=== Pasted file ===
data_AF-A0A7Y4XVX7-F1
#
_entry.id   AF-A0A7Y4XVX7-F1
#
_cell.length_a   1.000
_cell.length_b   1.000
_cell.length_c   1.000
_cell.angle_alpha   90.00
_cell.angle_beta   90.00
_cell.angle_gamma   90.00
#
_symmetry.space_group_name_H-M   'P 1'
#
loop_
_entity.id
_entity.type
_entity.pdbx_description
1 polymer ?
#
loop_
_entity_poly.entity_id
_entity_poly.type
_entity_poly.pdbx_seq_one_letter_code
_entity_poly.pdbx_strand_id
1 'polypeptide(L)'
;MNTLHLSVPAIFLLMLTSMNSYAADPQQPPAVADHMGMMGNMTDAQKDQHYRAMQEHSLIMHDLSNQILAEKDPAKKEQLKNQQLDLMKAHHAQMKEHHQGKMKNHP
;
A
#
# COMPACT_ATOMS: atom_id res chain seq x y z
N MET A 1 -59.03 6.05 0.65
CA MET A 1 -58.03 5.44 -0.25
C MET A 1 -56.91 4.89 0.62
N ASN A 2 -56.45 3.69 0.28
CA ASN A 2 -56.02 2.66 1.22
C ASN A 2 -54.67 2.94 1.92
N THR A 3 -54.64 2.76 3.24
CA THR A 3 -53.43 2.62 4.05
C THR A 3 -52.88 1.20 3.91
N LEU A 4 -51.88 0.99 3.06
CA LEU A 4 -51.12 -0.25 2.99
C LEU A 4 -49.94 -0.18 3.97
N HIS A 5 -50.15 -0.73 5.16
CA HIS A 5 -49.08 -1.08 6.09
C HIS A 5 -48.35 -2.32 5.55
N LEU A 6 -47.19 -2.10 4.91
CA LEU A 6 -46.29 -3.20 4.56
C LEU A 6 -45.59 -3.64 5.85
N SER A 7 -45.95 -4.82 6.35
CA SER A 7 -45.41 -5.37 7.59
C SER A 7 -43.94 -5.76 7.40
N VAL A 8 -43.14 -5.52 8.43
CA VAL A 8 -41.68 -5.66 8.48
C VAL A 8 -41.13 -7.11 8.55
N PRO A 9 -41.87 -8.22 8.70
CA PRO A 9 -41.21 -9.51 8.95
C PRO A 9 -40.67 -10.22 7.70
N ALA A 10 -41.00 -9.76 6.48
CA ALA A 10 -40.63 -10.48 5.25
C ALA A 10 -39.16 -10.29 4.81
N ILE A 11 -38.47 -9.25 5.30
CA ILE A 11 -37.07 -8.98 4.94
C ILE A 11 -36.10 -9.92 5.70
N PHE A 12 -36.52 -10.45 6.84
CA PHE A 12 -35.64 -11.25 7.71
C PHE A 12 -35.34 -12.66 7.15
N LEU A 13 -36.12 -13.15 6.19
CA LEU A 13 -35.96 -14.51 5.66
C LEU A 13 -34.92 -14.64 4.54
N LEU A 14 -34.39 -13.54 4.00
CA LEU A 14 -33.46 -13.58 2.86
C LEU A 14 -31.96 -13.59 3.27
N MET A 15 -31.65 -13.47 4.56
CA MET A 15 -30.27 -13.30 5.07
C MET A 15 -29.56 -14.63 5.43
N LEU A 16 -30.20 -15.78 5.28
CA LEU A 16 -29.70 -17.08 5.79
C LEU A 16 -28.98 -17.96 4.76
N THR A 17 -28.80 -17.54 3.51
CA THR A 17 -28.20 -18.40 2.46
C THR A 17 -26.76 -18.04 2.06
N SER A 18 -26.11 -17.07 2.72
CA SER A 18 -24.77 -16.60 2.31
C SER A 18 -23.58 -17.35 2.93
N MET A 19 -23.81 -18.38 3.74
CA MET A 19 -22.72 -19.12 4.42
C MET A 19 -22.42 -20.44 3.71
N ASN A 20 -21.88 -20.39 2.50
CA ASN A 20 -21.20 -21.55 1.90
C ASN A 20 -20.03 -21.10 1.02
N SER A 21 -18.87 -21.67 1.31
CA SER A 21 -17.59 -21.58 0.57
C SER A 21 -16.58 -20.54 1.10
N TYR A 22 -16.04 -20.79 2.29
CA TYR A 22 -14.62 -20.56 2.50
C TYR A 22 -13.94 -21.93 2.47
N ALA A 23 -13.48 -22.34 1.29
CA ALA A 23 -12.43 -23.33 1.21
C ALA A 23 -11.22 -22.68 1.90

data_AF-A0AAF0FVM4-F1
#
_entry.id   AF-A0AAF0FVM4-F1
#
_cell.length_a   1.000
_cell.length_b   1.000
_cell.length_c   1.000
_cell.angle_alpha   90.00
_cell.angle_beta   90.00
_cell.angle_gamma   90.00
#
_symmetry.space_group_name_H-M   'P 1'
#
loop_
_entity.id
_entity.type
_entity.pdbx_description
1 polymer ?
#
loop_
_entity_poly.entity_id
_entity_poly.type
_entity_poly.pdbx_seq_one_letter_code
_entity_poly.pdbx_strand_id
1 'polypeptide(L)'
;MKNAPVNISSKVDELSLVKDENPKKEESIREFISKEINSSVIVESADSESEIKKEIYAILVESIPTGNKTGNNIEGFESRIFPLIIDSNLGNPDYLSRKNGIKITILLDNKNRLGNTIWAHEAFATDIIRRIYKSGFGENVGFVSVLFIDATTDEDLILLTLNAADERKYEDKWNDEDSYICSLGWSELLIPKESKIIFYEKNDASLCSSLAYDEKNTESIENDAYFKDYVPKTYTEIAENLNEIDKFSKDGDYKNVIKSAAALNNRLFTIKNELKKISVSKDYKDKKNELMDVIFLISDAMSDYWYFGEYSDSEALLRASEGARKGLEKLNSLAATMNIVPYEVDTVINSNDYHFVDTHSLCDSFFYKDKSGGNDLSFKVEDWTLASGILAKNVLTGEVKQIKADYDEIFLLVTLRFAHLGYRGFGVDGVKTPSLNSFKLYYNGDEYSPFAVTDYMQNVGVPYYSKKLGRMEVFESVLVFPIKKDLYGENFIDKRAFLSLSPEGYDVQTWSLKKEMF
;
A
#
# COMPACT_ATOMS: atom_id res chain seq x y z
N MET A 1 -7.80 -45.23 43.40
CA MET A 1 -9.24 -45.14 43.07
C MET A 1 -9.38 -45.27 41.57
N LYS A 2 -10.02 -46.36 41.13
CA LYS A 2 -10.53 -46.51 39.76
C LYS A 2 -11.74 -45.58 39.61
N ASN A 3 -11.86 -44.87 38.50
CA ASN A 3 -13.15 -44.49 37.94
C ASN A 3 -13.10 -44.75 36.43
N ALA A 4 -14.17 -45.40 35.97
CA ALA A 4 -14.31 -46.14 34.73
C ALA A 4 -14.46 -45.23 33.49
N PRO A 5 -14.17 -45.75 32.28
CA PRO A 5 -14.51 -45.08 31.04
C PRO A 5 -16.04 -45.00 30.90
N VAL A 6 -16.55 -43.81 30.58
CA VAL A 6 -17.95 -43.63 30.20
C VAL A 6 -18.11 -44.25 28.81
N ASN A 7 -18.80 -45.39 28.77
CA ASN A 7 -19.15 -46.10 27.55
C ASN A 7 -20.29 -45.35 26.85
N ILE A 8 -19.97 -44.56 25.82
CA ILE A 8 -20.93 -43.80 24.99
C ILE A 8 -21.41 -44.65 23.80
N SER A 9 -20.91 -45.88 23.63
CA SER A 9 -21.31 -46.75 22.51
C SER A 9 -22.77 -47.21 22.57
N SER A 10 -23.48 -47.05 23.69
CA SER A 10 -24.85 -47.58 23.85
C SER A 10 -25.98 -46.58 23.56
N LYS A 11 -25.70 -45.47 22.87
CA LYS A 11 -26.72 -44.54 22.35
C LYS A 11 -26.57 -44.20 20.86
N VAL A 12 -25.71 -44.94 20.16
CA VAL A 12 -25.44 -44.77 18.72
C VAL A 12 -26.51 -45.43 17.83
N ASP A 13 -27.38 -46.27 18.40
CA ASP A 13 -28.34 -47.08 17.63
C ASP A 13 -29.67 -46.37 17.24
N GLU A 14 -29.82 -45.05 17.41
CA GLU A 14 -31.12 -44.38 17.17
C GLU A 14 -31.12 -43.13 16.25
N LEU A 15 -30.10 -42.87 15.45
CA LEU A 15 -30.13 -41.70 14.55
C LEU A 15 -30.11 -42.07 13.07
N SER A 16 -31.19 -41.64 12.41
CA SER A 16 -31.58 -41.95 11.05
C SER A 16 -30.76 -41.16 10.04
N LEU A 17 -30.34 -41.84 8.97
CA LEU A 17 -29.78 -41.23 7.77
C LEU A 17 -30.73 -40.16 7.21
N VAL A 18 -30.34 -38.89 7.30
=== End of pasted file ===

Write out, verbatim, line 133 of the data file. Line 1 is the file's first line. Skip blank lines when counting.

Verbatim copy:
N LYS A 2 -10.02 -46.36 41.13